The George Washington’s Distillery at Mount Vernon, founded by the first president of the United States, was the largest whiskey distillery in America in the 1790s, producing whiskey in the conventional 18th century method, which is practised even today By Rituparna Chatterjee
The first president of the United States, commander of the Continental Army during the American Revolutionary War, and president of the Constitutional Convention, George Washington has always been admired worldwide for his strong leadership qualities. But a lesser known fact about the former president of the United States is that he was the only founding father to commercially operate a distillery – George Washington’s Distillery at Mount Vernon – and also become the largest whiskey producer in America in the 1790s.
Washington’s venture into the whiskey business began at the urging of his farm manager, James Anderson, who was involved in Scotland’s distilling industry before immigrating to America in the early 1790s. Anderson was convinced that a distilling business would generate substantial profits at Mount Vernon. Hence, Washington allowed Anderson to purchase two stills and set up a small operation in the cooperage next to the gristmill in early 1797.
The result was the production of 600 gallons sold for a good profit. Encouraged, Washington decided to construct a large distillery over the winter of 1797-1798. The new distillery was 75 feet by 30 feet and contained five copper pot stills, a boiler, and all equipment required for large-scale whiskey production. In 1799 the distillery produced nearly 11,000 gallons, making it the largest whiskey distillery in America at that time.
Post Washington’s death the brief success of the distillery came to a halt and within a decade the building fell into disrepair. In 1932, the Commonwealth of Virginia purchased the distillery and the gristmill property and reconstructed the Mill and Miller’s Cottag though the distillery remained untouched.
In 1995 the Mount Vernon Ladies’ Association entered into an agreement with the state to restore and manage the park. The reconstruction began in 2005 and was completed in 2007.
Elaborating on this history, Steven T Bashore, director of historic trades, George Washington’s Mount Vernon opines, “The distillery opened in 1797 right after Washington retired from presidency. He owned 8000 acres of Mount Vernon, which included a commercial fishery and the distillery. Now it has shrunk to 550 acres. This is a great story for Mount Vernon because many Americans and people throughout the globe know Washington as a general or president but not as an entrepreneur or innovative farmer.”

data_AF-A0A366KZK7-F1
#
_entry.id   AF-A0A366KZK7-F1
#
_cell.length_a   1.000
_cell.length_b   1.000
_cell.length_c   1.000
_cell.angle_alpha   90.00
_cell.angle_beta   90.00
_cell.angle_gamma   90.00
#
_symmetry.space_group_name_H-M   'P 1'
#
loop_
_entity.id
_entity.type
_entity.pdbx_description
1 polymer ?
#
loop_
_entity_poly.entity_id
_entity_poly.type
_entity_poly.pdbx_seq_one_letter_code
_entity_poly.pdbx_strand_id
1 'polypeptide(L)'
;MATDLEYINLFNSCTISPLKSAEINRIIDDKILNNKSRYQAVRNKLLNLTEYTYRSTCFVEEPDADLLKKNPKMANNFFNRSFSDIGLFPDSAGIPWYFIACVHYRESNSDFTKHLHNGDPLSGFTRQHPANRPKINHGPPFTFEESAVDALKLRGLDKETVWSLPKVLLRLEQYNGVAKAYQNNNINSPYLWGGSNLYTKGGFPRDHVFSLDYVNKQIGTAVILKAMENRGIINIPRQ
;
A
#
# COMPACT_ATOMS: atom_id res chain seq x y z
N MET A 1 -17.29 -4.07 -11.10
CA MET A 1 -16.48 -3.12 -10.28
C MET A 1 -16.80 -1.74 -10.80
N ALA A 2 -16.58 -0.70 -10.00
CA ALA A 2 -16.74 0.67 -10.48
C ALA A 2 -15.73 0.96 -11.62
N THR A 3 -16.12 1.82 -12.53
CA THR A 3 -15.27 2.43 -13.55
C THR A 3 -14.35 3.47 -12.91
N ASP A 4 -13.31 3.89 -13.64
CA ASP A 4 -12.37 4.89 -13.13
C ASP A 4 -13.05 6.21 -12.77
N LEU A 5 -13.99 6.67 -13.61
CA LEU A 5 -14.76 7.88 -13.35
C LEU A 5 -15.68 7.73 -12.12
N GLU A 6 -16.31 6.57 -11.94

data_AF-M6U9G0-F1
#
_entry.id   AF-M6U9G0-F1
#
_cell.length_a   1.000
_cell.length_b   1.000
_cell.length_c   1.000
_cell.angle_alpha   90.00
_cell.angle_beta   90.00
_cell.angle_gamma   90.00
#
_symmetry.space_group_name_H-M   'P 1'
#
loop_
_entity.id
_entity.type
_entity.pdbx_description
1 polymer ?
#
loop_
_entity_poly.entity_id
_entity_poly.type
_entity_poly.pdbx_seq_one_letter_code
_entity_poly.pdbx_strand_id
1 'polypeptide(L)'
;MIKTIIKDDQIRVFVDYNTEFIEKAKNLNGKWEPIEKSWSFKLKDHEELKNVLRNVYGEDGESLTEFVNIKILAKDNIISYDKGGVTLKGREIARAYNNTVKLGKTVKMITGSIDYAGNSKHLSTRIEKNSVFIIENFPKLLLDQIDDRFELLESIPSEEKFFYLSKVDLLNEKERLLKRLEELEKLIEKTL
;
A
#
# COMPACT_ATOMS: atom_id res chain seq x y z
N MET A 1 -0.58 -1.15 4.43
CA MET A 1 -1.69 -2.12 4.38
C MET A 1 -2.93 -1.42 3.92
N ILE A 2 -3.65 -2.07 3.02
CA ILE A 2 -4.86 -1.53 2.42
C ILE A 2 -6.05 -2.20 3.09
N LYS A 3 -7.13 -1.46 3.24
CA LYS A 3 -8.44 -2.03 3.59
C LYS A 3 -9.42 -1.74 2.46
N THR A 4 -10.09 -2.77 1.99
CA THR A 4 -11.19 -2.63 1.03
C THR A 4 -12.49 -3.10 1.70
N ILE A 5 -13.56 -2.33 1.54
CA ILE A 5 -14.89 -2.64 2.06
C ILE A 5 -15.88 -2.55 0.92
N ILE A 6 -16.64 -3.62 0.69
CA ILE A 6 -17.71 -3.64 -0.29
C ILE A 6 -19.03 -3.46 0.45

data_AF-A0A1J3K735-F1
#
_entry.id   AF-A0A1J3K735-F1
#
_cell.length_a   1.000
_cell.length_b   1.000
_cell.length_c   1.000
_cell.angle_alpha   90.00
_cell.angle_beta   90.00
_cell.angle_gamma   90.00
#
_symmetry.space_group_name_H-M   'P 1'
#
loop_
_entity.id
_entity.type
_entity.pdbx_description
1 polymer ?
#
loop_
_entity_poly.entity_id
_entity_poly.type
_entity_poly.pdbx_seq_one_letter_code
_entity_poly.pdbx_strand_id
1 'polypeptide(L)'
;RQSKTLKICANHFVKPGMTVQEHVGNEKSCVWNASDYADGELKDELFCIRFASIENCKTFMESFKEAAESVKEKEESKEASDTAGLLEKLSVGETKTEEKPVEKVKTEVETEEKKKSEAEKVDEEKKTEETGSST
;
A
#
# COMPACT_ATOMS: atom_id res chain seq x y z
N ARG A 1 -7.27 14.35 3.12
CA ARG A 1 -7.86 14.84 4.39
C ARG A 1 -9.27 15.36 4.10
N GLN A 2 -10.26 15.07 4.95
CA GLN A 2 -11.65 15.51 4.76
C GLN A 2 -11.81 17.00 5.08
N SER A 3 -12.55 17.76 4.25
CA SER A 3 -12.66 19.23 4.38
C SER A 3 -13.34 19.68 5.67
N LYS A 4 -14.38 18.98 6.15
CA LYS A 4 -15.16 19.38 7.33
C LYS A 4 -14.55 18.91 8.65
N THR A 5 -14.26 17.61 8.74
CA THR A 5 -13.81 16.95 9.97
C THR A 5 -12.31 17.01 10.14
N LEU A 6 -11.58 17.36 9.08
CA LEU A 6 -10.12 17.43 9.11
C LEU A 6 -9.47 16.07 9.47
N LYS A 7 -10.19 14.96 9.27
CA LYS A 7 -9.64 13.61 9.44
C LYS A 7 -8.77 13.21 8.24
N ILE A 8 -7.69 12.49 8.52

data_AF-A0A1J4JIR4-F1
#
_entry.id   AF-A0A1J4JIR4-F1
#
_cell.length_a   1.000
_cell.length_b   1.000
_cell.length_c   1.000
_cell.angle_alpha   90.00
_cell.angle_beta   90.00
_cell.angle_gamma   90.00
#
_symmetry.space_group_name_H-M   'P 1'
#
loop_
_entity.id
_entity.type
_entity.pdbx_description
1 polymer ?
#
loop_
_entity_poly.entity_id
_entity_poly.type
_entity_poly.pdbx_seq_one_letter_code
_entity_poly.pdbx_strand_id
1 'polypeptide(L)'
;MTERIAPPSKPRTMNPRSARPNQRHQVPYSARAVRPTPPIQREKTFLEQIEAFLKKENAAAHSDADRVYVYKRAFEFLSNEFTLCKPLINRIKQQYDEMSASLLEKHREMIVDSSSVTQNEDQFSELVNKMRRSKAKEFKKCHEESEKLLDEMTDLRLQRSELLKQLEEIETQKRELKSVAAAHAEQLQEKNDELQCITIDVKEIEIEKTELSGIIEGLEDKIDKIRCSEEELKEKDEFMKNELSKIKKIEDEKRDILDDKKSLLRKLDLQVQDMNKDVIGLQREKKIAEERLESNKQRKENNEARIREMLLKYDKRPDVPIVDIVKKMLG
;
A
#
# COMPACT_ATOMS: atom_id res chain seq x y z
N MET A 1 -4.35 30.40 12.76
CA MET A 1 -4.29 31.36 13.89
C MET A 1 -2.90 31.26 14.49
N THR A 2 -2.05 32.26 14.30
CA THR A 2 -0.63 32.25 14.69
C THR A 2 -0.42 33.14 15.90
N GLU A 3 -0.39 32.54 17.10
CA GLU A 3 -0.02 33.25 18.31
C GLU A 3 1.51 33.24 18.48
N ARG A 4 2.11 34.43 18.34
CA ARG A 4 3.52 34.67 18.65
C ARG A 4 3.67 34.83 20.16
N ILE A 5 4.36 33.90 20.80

During Washington’s time, the whiskey at the distillery was made from 60 per cent rye, 35 per cent corn and five per cent malted barley. The rye was distilled twice and sold as common whiskey while smaller amounts were distilled upto four times, making them more expensive. Some whiskey were filtered or flavoured with cinnamon or persimmons. Wheat was also distilled when rye was scarce. Apple, peach and persimmon brandies were also produced including vinegar. The whiskey was neither bottled or branded. The whiskey coming from the distillery was poured into wooden barrels and shipped to nearby merchants. Also there was no custom to age the whiskey.
However today, the distillery produces limited batches of both aged and unaged whiskey and places them in branded bottles. But what continues to be followed even today is the traditional 18th century whiskey making process. Elaborating on this, Bashore states, “Here we do everything by hand as opposed to a modern distillery where it is mechanised. From grinding to fermentation to distillation and double distillation, everything is done manually. Right next to the distillery we have Washington’s water powered mill, where all the rye, grain, corn, etc are ground by water power.”
Presently, George Washington’s Distillery is the smallest craft distillery in America producing approximately 1200-1500 gallons of whiskey a year. It is also the only site in North America to demonstrate 18th century distilling from seed to barrel. “Our main focus is organising educational tours where we share the legacy of Washington and how the plantation works. During the off-season (March, November) when the building is not open for tours, we make whiskey including peach and apple brandies. These products are available only in Mount Vernon and aren’t exported. We also grow flowers in the mill, which are sold to the public and restaurants. We also have a blacksmith shop.”
Speaking about the visitors, he adds, “The tourism of Washington DC is huge. We are 14 miles south of Washington DC and people from all over the world visit us – Chinese, Japanese, Indians, Pakistanis among others. In Spring, 60-80 buses come to Mount Vernon daily. There are 1.1 million visitors a year and a percentage of that visit the distillery. We organise corporate events as well wherein the corporates get to taste the whiskey.”